(Originally published 11/23/10)
I’ve done some embarrassing things in my life, put myself in some horribly awkward situations, but at least I could always say I never got in trouble for placing my crotch near a baby’s face. After last week, I can no longer say that.
As with 75% of stories involving babies and crotches, this tale takes place in a Dunkin’ Donuts. It was a weekday morning, and I headed over to D-Squared for my usual large hazelnut coffee with milk (skim, because I care about my health) and extra sugar (because I don’t really care about my health). As a writer, my morning coffee is absolutely essential because the caffeine injection really helps me stay alert and focused as I stare intensely at a blank computer screen for hours on end.
This particular Dunkin’ Donuts was totally packed today. Fortunately most of the customers inside had already ordered and were crammed off to the side as they waited impatiently for their breakfast sandwiches to heat up in nuclear-grade microwaves. The actual line to order, which was partitioned off by rope dividers to form a narrow alley to the register, was practically empty. I couldn’t believe my luck –apparently I just missed the big rush.
I had barely stepped through the front door when an available cashier looked my way and shouted, “May I serve the next customer please!” A knot of anxious anticipation formed in my stomach -it was my turn, my time to shine. I swiftly approached the partitioned lane, that Golden Brick Road to Java Jubilation, but then stopped suddenly in my tracks. There in front of me, blocking my path to the register, was a goddam baby.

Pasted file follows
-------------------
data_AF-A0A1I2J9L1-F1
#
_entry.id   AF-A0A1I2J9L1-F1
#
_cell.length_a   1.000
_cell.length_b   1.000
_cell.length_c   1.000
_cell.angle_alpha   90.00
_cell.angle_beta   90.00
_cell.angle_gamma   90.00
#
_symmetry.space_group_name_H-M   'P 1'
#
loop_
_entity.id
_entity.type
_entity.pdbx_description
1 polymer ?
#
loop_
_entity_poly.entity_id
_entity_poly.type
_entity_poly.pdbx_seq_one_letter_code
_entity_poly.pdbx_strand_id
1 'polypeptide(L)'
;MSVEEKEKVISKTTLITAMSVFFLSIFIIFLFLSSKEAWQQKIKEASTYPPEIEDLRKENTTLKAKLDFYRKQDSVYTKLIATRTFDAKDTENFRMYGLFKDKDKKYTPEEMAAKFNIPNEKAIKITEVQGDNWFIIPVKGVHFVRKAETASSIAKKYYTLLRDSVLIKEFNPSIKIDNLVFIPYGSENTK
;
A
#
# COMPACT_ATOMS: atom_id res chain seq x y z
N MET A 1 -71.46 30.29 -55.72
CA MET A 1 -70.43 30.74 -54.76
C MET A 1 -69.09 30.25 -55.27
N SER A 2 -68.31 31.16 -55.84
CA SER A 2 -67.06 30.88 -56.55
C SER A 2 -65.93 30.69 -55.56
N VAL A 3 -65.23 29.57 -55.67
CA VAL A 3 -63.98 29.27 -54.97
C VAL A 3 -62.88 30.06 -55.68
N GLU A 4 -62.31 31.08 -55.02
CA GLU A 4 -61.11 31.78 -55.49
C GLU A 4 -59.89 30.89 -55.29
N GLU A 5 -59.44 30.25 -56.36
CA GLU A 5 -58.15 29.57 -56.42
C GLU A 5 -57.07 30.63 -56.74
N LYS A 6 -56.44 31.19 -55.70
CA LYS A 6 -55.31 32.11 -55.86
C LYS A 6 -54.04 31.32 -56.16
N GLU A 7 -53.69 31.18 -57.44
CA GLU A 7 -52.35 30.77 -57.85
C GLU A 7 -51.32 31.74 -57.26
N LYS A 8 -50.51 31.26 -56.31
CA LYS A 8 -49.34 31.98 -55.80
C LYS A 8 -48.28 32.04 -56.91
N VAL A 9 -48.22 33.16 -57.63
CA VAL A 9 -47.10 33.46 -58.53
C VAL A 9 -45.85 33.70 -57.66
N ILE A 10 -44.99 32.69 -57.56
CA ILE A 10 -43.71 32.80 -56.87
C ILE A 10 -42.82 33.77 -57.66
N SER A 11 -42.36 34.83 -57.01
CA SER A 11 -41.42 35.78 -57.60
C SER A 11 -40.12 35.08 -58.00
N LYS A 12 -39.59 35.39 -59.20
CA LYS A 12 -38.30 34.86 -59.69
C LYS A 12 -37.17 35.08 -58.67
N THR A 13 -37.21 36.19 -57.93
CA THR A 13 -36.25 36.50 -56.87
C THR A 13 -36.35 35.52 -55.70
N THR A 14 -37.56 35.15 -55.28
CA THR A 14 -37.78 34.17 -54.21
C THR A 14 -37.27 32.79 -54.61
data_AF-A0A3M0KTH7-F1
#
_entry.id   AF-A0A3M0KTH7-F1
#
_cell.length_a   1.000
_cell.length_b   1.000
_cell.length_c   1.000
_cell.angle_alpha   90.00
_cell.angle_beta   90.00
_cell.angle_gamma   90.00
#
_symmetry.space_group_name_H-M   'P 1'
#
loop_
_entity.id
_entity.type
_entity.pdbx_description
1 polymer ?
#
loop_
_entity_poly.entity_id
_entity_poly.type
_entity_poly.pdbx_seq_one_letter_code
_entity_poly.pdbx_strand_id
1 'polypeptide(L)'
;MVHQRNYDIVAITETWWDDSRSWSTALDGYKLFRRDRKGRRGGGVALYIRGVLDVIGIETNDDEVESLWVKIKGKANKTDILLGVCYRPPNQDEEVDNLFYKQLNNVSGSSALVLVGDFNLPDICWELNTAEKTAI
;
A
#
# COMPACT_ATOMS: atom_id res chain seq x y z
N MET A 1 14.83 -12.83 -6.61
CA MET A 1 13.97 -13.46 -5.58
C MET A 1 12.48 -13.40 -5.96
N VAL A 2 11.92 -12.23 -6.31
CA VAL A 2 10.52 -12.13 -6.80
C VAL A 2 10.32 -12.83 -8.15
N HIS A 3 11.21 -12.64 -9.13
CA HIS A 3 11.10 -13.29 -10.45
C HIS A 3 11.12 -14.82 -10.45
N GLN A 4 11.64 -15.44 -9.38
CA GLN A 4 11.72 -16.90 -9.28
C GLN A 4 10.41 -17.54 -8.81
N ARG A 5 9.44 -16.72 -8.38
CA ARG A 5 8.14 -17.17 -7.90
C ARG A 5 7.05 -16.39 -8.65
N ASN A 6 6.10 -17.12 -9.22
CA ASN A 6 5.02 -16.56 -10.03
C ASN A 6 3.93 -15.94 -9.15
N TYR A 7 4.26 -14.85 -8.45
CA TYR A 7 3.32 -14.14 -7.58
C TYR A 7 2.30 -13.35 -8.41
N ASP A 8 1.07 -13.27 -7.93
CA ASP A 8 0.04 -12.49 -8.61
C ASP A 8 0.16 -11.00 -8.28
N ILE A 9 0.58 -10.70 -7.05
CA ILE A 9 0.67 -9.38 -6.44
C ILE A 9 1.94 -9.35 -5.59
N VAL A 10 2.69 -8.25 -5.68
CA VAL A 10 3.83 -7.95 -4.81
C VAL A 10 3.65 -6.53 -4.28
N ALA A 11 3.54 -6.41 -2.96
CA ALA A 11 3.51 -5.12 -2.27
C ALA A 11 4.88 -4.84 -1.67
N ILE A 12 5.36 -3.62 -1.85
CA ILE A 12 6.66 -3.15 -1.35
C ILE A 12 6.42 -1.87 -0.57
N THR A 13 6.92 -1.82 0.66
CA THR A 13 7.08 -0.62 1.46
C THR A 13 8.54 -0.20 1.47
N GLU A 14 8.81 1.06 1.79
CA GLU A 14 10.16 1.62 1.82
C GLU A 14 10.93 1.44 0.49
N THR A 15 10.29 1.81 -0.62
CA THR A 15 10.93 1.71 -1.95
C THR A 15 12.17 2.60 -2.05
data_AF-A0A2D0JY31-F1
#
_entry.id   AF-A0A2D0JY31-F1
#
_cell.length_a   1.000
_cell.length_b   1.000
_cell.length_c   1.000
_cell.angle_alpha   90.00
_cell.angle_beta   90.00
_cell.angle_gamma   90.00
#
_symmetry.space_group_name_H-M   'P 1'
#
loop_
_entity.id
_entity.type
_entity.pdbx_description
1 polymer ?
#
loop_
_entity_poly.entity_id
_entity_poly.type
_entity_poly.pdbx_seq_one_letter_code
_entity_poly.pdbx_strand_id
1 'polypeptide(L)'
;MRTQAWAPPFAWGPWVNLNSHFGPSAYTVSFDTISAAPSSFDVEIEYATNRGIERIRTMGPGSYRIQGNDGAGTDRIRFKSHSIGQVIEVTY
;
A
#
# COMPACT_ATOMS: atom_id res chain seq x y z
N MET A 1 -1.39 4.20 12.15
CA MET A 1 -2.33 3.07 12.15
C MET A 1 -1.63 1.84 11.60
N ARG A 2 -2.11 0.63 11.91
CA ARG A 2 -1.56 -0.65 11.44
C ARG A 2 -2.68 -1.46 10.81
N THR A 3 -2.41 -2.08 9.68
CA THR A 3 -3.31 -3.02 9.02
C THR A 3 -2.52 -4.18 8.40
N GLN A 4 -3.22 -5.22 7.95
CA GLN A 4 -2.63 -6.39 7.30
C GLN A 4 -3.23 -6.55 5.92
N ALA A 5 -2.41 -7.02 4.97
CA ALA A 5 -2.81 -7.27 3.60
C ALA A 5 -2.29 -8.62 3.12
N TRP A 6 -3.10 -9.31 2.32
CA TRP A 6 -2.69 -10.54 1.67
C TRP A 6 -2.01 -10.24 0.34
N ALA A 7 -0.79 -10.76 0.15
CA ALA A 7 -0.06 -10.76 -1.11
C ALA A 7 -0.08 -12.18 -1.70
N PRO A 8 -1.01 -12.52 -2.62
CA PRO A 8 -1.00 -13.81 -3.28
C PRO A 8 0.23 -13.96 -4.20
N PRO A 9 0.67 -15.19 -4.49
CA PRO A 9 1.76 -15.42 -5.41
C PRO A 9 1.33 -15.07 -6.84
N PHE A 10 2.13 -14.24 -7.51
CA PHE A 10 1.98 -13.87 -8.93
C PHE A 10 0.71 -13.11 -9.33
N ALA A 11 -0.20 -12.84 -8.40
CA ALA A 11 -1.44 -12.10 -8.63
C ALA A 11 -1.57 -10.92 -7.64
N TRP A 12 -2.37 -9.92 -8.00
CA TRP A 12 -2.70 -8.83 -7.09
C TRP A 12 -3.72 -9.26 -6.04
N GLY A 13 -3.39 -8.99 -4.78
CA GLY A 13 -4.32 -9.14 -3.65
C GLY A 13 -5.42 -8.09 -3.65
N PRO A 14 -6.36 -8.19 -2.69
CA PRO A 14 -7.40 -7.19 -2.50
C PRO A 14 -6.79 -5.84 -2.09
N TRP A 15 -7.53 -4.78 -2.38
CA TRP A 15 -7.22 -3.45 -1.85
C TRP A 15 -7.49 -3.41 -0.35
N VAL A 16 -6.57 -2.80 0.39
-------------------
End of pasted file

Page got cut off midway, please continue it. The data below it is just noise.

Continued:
Now, this baby wasn’t just chilling out on the floor playing with a rattle or Twitter or whatever babies do these days –if he was, I probably would’ve accidently stepped on him and this blog post would have an entirely different tone. He wasn’t waiting in line to order, as far as I could tell. He just sort of sat there in silence, wedged in a stroller like a watermelon in a shopping cart.
The problem, you see, was that this stroller had the approximate size and durability of an army tank –there was no way I could walk around it, especially with the horde of customers waiting on either side of my lane. Even worse, the baby’s mother was about 20 feet ahead, placing an order at one of the registers and totally unaware that this dude (me) was looking at her child with growing irrational anger.
“May I serve the next customer please!” The free cashier waved at me again, desperation growing in her voice as a crowd of new customers were now standing behind me, waiting for me to proceed ahead.
It’s a question that’s been debated for centuries, and I was faced with it now. Are you allowed to move someone else’s baby? I could’ve grabbed the stroller and given it a little push –just the slightest nudge –out of the way and released this distressing bottleneck of caffeine-deprived customers. After thinking about it for a moment (I even went as far as looking for the release lever for the stroller’s wheel-lock), I decided I couldn’t risk moving that baby. If it started crying, and I was seen pushing the stroller, I would have a mess on my hands that could involve the authorities. Even worse, I probably would have to leave without my coffee.
“MAY I PLEASE SERVE THE NEXT CUSTOMER!!” The cashier was about ten seconds away from losing her shit. I was left with no other choice, so I proceeded to swing one leg over the stroller, trying to climb over it the way you might get over a waist-high fence. I was midway through the action when the baby alarm system blasted the room with a piercing shriek.
“WAAAAHH WAAAAHH WAAAAHH!!!”
I should’ve kept going, but I froze mid-climb. The mother spun around to see me, an unshaven twenty-something with a multiple ketchup stains on his sweatshirt, straddling her crying baby’s stroller.
Suddenly, coffee wasn’t so important –to me or the mother. She ran to the stroller to accost me, but by the time she got there, I was back out the door, running for my life down the street, headed toward the next closest Dunkin’ Donuts, half a block away.